In December 2009, the overall percentage of women in the company was 37%, and 40% of the board of directors were women, as were 22% of the corporate executive team. The focus on diversity issues is also reflected in the company's people strategy. One of the key priorities in 2009 has been to strengthen diversity in the leadership pipeline. The total proportion of female managers in Statoil ASA is 25%, and, among managers under the age of 45, the proportion is 34%.

Through our development programmes, we aim to increase the number of female managers, and we endeavour to give equal representation to men and women in leadership development programmes. In 2009, we worked systematically on the development, deployment and succession planning of business-critical leadership positions. Of leaders promoted to the top 170 roles in 2009, 47% were female. Of the 84 senior vice presidents in Statoil, 24% are female, while 35% of our successor pool for these roles are female.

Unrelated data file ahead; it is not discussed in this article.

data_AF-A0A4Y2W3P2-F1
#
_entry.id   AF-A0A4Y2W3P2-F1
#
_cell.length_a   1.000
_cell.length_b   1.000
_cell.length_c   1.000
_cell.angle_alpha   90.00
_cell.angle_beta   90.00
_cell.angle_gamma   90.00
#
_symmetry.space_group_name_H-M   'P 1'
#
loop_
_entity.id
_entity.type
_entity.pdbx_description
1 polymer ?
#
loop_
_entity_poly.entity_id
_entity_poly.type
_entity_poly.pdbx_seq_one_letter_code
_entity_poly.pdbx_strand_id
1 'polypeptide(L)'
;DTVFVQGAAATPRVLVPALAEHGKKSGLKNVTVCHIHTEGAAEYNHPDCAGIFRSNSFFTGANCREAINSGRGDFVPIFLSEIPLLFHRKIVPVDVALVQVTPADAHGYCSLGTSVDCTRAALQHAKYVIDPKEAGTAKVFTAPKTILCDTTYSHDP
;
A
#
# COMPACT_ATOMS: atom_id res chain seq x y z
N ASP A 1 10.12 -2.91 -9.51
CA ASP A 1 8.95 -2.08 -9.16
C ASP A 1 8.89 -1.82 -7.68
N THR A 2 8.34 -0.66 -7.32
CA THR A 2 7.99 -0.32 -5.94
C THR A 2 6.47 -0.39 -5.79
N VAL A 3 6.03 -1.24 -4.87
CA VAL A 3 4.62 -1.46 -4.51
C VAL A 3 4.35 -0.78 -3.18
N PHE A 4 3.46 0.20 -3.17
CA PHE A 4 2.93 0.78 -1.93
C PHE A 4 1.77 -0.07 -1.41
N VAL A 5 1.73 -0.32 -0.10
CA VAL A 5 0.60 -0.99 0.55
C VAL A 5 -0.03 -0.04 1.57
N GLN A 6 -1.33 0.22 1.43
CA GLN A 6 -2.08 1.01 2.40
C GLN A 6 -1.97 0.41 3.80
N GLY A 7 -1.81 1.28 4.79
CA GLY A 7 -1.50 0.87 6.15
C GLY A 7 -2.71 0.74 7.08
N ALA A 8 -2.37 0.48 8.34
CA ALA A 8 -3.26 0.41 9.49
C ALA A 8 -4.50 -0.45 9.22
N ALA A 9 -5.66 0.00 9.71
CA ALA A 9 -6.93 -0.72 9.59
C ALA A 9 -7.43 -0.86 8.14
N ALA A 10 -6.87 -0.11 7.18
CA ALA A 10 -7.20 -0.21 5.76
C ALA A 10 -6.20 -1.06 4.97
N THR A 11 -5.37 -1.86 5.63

We also devote close attention to male-dominated positions and discipline areas. In 2009, 26% of staff engineers were women, and among staff engineers with up to 20 years' experience, the proportion of women is 31%. The proportion of female skilled workers in 2009 was 16%.

Cultural diversity

We believe that being a global and sustainable company requires people with a global mindset. One way to build a global company is to ensure that recruitment processes both within and outside Norway contribute to a culturally diverse workforce. In December 2009, 4% of the managers and 7% of the rest of our employees based in our Statoil offices in Norway are of non-Norwegian origin. Outside Norway, we need to continue to focus on increasing the number of people and managers that are locally recruited, and to reduce long-term, extensive use of expats in our business operations.